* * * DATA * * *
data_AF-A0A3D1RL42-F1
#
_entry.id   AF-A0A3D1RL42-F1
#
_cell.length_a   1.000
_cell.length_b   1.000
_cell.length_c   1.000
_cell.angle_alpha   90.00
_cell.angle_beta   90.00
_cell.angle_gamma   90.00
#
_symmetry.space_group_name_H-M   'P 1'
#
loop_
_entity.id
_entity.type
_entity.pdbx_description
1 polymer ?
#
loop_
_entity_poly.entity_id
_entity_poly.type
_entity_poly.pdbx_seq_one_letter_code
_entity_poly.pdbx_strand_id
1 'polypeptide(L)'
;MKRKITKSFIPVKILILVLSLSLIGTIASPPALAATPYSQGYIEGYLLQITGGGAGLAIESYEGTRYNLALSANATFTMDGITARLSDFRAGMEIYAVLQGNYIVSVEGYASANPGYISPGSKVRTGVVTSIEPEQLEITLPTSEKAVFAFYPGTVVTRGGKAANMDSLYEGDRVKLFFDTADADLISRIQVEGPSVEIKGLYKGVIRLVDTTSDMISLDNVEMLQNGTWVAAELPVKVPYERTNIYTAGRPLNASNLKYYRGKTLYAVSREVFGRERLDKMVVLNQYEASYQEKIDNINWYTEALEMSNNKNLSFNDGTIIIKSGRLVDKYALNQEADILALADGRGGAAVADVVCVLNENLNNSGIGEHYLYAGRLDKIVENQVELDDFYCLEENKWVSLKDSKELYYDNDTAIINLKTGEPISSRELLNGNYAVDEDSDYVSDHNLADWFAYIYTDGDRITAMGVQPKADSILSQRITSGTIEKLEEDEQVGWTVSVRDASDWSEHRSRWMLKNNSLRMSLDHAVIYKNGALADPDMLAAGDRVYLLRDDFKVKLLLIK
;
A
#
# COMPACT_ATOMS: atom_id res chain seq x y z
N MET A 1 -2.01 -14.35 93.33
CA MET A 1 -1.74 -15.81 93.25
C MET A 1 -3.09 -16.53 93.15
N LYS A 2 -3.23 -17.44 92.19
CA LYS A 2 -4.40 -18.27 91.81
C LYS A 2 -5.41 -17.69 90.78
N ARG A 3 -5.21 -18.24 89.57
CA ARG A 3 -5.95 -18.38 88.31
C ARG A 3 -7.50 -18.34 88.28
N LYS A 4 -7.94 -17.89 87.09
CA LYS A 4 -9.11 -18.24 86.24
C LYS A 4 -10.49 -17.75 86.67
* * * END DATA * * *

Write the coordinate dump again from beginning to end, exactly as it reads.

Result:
data_AF-A0A3D1RL42-F1
#
_entry.id   AF-A0A3D1RL42-F1
#
_cell.length_a   1.000
_cell.length_b   1.000
_cell.length_c   1.000
_cell.angle_alpha   90.00
_cell.angle_beta   90.00
_cell.angle_gamma   90.00
#
_symmetry.space_group_name_H-M   'P 1'
#
loop_
_entity.id
_entity.type
_entity.pdbx_description
1 polymer ?
#
loop_
_entity_poly.entity_id
_entity_poly.type
_entity_poly.pdbx_seq_one_letter_code
_entity_poly.pdbx_strand_id
1 'polypeptide(L)'
;MKRKITKSFIPVKILILVLSLSLIGTIASPPALAATPYSQGYIEGYLLQITGGGAGLAIESYEGTRYNLALSANATFTMDGITARLSDFRAGMEIYAVLQGNYIVSVEGYASANPGYISPGSKVRTGVVTSIEPEQLEITLPTSEKAVFAFYPGTVVTRGGKAANMDSLYEGDRVKLFFDTADADLISRIQVEGPSVEIKGLYKGVIRLVDTTSDMISLDNVEMLQNGTWVAAELPVKVPYERTNIYTAGRPLNASNLKYYRGKTLYAVSREVFGRERLDKMVVLNQYEASYQEKIDNINWYTEALEMSNNKNLSFNDGTIIIKSGRLVDKYALNQEADILALADGRGGAAVADVVCVLNENLNNSGIGEHYLYAGRLDKIVENQVELDDFYCLEENKWVSLKDSKELYYDNDTAIINLKTGEPISSRELLNGNYAVDEDSDYVSDHNLADWFAYIYTDGDRITAMGVQPKADSILSQRITSGTIEKLEEDEQVGWTVSVRDASDWSEHRSRWMLKNNSLRMSLDHAVIYKNGALADPDMLAAGDRVYLLRDDFKVKLLLIK
;
A
#
# COMPACT_ATOMS: atom_id res chain seq x y z
N MET A 1 -2.01 -14.35 93.33
CA MET A 1 -1.74 -15.81 93.25
C MET A 1 -3.09 -16.53 93.15
N LYS A 2 -3.23 -17.44 92.19
CA LYS A 2 -4.40 -18.27 91.81
C LYS A 2 -5.41 -17.69 90.78
N ARG A 3 -5.21 -18.24 89.57
CA ARG A 3 -5.95 -18.38 88.31
C ARG A 3 -7.50 -18.34 88.28
N LYS A 4 -7.94 -17.89 87.09
CA LYS A 4 -9.11 -18.24 86.24
C LYS A 4 -10.49 -17.75 86.67